via WTO trade deal will create problems for Zim – Bimha | The Source January 16, 2014
Industry and Commerce minister, Mike Bimha said an agreement reached at the recent World Trade Organisation (WTO) ministerial conference in Indonesia to facilitate trade between the West and developing countries will result in balance of payment problems and external competition for Zimbabwe.
Addressing journalists on Thursday on the outcome of the 9th ministerial conference held last December, Bimha said while the Trade Facilitation Agreement had been designed to provide a permanent solution to the developed world’s need to gain easy market access in developing countries, “this will cause greater economic difficulty for a country such as Zimbabwe.”
The meeting focused on trade facilitation, development issues on special and differential treatment, monitoring measures and agriculture – food security and trade rate quota system.
“The provisions also demand amendments to our legislation as well as large investments in infrastructure and capacity building,” Bimha said.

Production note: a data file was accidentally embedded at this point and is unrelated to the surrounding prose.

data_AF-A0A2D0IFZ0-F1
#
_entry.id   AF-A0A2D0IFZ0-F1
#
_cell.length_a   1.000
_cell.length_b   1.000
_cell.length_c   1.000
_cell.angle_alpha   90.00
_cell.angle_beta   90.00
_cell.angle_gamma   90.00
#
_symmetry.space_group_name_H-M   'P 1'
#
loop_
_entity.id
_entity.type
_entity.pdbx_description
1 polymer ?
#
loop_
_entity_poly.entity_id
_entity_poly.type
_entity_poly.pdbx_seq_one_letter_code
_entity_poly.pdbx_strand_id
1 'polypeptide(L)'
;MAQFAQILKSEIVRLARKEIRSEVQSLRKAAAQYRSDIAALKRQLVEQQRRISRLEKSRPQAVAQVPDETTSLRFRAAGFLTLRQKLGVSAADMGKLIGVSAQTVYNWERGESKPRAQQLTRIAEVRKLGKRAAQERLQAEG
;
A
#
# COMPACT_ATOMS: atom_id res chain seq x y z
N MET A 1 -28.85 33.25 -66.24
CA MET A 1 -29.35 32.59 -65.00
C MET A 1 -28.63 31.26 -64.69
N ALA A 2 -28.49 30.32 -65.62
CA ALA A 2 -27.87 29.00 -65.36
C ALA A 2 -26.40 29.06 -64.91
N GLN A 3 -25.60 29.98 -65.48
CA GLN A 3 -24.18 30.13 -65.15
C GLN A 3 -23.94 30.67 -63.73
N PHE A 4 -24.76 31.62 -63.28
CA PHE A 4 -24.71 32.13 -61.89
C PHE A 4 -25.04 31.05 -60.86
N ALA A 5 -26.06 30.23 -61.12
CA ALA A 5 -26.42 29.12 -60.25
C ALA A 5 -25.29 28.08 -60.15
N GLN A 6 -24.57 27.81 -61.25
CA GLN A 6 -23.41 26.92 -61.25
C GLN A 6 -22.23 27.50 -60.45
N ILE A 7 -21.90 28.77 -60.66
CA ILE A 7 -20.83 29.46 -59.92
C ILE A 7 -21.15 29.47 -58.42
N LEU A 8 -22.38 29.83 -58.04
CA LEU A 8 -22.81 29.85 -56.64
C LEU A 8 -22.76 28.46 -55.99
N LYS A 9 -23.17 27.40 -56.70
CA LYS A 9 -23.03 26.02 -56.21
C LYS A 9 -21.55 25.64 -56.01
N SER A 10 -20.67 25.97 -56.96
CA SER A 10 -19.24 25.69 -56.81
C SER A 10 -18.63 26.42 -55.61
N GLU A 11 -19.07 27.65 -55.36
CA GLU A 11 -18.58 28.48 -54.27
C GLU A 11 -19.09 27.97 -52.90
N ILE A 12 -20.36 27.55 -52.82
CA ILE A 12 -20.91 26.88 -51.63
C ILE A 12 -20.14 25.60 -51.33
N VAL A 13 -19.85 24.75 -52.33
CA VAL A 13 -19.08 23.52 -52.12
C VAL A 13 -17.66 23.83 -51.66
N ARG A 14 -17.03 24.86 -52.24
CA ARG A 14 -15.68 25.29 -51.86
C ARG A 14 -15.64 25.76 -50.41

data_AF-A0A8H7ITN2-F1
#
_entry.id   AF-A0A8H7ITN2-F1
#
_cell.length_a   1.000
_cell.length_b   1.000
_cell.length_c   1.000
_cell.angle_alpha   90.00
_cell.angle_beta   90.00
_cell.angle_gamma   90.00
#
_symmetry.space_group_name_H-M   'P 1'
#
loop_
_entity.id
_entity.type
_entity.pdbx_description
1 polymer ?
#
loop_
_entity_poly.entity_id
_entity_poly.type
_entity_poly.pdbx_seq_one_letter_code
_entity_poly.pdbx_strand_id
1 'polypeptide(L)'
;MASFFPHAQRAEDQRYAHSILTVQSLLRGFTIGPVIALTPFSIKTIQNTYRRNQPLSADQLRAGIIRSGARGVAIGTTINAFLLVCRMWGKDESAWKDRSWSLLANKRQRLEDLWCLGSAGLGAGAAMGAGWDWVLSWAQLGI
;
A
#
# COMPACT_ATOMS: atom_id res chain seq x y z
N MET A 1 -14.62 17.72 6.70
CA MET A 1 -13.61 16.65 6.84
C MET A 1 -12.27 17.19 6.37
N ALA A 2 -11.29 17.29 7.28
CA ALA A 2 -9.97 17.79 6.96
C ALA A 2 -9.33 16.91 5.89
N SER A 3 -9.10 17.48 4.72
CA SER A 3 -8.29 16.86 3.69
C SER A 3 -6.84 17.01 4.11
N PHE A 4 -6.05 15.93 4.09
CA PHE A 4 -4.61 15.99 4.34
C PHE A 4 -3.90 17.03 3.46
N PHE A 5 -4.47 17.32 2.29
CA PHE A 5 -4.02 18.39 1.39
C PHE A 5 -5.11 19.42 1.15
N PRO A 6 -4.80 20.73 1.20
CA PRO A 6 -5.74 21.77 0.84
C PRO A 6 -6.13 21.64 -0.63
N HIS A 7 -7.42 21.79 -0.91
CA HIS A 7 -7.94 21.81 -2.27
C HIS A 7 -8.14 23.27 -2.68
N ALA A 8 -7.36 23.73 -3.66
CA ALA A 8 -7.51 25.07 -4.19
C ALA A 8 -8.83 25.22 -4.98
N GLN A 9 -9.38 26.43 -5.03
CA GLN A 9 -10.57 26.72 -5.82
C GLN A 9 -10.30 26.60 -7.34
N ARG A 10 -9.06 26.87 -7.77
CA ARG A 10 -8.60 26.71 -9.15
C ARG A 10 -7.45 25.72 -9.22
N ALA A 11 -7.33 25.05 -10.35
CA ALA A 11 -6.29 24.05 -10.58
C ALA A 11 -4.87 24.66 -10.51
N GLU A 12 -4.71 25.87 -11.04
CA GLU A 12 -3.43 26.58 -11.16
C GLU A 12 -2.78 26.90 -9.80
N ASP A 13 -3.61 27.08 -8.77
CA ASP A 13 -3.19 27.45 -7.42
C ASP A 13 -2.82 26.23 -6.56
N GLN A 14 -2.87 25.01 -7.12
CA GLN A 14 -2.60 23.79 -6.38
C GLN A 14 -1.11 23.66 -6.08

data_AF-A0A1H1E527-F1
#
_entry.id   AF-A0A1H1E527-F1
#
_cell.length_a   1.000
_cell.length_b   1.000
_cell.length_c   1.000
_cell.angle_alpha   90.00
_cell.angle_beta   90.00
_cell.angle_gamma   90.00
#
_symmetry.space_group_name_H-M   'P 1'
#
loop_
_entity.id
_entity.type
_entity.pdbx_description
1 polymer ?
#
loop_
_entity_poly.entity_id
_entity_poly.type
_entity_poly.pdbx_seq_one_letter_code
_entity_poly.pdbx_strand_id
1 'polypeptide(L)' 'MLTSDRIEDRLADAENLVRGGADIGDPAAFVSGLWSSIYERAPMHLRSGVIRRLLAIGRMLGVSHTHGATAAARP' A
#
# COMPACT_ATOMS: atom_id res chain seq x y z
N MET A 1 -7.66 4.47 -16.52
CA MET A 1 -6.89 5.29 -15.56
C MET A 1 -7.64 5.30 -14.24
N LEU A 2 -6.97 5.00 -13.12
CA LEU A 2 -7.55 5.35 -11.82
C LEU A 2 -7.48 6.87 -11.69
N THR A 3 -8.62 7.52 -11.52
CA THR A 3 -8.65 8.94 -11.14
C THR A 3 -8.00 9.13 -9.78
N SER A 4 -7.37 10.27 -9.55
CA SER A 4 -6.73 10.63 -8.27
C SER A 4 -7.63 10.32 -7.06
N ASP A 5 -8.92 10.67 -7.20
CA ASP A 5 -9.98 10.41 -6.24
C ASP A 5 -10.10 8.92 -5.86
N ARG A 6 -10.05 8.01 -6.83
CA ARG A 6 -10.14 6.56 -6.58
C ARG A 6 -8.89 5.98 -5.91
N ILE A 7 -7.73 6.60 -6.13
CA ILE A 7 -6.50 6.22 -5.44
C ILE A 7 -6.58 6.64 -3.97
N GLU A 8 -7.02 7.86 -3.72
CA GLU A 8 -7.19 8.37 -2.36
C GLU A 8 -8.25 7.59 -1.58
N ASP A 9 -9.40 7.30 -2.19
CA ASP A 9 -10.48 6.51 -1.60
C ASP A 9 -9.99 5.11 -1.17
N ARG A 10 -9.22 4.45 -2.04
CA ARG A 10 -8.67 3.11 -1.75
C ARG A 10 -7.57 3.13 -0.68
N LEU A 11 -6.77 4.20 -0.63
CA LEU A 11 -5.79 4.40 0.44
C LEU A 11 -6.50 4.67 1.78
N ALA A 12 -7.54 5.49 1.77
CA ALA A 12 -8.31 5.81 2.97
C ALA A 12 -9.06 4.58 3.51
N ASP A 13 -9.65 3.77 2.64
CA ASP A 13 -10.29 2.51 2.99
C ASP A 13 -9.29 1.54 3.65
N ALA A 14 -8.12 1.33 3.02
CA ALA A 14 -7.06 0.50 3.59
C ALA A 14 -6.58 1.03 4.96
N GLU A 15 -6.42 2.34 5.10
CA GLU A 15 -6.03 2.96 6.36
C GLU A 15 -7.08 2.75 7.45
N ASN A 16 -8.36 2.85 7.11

Zimbabwe is currently implementing trade facilitation programmes based on its customs regulations.
Bimha said the country will, however, not gain much from the agreement being a net importer as there will be facilitation of more imports relative to exports, negatively affecting Zimbabwe’s trade balance and balance of payment position.
“Zimbabwe, together with other developing countries, managed to retain some safeguards in implementing the cumbersome and mandatory provisions of an agreement that carries with it the Dispute Settlement System in case of breach,” he said.
The WTO deal seeks to simplify customs procedures by reducing costs and improving speed and efficiency.
It has provisions on goods in transit, an issue of particular interest to landlocked countries seeking to trade through ports in neighbouring countries.
Part of the deal involves technical assistance for developing and least developed countries to update their infrastructure, train customs officials, or for any other cost associated with implementing the agreement.
The benefits to the world economy are estimated to be between $400 billion and $1 trillion by reducing costs of trade by between 10 and 15 percent, increasing trade flows and revenue collection, creating a stable business environment and attracting foreign investment.